Paris in the sun is very difficult to beat especially after the weather we have been ‘enjoying’ in England in the last few months. It was therefore a real pleasure to stroll round the Jardin des Plantes this week accompanied by a group of interested students.
First off is the history of the garden. As you walk, the labels attached to the trees indicate when they were planted and stretching before you is the knowledge that when some of the trees went into the ground the world was a very different place. A magnificent Styphnolobium japonicum, perhaps better known as the Japanese Pagoda Tree, was planted here in 1747, only a year after the Battle of Culloden. It is still standing and I would describe this tree as a living treasure. Other trees in the collection are almost as old.
Then there are the plants in this collection that love the warmth and protection afforded by the particular conditions you find in a great city like Paris. Melia azedarach was in full bloom, lilac and white flowers dripping from each branch. Roy Lancaster notes that there is a tree growing outside the Chelsea Physic Garden in London but it is not widely planted and should be grown more in protected parts of the UK.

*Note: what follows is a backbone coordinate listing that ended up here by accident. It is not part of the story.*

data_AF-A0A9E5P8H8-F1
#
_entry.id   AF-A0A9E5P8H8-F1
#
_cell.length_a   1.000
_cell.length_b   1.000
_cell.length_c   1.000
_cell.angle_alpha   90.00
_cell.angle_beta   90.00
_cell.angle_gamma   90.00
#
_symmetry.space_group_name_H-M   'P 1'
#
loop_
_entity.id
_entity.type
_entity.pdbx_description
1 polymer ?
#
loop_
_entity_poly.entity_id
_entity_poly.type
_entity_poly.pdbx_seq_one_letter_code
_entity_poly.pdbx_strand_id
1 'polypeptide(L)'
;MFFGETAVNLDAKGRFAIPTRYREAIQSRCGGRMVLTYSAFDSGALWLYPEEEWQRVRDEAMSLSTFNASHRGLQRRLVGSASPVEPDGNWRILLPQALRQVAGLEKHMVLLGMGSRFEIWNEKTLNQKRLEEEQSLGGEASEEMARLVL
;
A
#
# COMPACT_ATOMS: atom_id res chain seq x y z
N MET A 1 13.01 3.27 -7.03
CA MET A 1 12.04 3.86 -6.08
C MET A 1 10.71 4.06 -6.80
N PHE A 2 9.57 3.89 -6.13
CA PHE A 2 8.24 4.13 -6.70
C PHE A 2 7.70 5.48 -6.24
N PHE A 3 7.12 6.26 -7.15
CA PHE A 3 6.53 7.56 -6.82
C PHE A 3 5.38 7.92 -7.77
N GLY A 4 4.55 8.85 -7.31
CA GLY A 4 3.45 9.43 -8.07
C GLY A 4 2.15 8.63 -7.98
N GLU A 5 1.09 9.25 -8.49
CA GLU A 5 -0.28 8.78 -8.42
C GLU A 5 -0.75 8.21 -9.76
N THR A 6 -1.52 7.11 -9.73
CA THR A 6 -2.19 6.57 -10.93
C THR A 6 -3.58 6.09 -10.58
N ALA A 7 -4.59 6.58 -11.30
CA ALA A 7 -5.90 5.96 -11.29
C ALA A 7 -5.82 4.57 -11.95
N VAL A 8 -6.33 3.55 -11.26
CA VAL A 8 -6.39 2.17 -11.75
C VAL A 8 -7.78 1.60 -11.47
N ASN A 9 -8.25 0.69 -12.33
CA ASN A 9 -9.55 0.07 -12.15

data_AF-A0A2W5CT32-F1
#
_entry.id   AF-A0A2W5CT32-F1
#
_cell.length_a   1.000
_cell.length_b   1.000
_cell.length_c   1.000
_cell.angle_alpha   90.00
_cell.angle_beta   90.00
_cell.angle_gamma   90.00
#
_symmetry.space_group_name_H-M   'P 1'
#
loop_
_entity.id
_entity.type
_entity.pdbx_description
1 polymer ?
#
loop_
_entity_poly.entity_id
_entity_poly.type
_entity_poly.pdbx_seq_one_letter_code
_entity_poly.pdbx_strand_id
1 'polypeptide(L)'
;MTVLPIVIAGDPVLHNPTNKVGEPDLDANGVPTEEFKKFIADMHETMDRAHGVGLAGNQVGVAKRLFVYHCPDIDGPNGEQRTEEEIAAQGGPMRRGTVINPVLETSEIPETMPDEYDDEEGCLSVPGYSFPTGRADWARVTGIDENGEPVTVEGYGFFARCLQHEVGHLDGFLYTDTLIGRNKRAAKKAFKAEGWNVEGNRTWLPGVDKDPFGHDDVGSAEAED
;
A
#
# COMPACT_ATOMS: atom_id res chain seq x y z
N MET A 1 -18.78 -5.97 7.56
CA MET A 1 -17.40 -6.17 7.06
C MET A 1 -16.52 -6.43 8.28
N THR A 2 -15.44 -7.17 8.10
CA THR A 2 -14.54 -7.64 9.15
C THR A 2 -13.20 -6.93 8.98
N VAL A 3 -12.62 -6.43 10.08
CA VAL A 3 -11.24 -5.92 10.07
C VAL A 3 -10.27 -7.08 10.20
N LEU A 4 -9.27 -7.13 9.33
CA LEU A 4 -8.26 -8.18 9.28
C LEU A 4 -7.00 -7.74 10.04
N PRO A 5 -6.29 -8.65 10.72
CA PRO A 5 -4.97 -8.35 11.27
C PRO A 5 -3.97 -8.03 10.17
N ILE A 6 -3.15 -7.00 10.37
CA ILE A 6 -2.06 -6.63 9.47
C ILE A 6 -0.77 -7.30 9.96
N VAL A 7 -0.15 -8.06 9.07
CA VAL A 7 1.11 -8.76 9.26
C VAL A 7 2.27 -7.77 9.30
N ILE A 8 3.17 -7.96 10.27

Along one side of the garden here is an excellent collection of roses with representatives from all the major groups.There are several favourites here and the accompanying labels show dates when they were first bred or grown. Rosa ‘Tuscany’ (1596) with deep red/maroon double flowers and conspicuous golden stamens, R. ‘Plena’ (1700) with double white scented flowers and pleated centres were two of the earlier cultivars. As you leave the rose garden, strong red thorned R. serica was planted just by the path.One or two of the white flowers remained but it is the thorns that steal the show. They are magnificent especially when seen with the light behind them. These roses are popular for winter effect, bringing in an interest very much for the present day and deservedly so.
The Alpine Garden, right in the centre and lower than the main garden is a treasure trove of interest. It is planted in areas given over to particular continents with hundreds of plants all out now and to be enjoyed. Androsace lanuginosa var. leichtlini in the ‘Himalayan Section’ was a real treat to find. This attractive neat plant stays close to the ground. It has a creeping nature with silvery leaves and white flowers with golden eyes that turn pink as they age. This will be one for me to try.
The Jardin des Plantes is packed with unusual plants to appreciate and The Plant School will be holding a second day there this year on Thursday 1st October. These days are open to present students of the school, past students and also other plant lovers from England or mainland Europe. The days are in English and in October will concentrate on seed heads, fruits and autumn colour. If you would like to come and enjoy a Parisian day out learning about the plants then please contact us.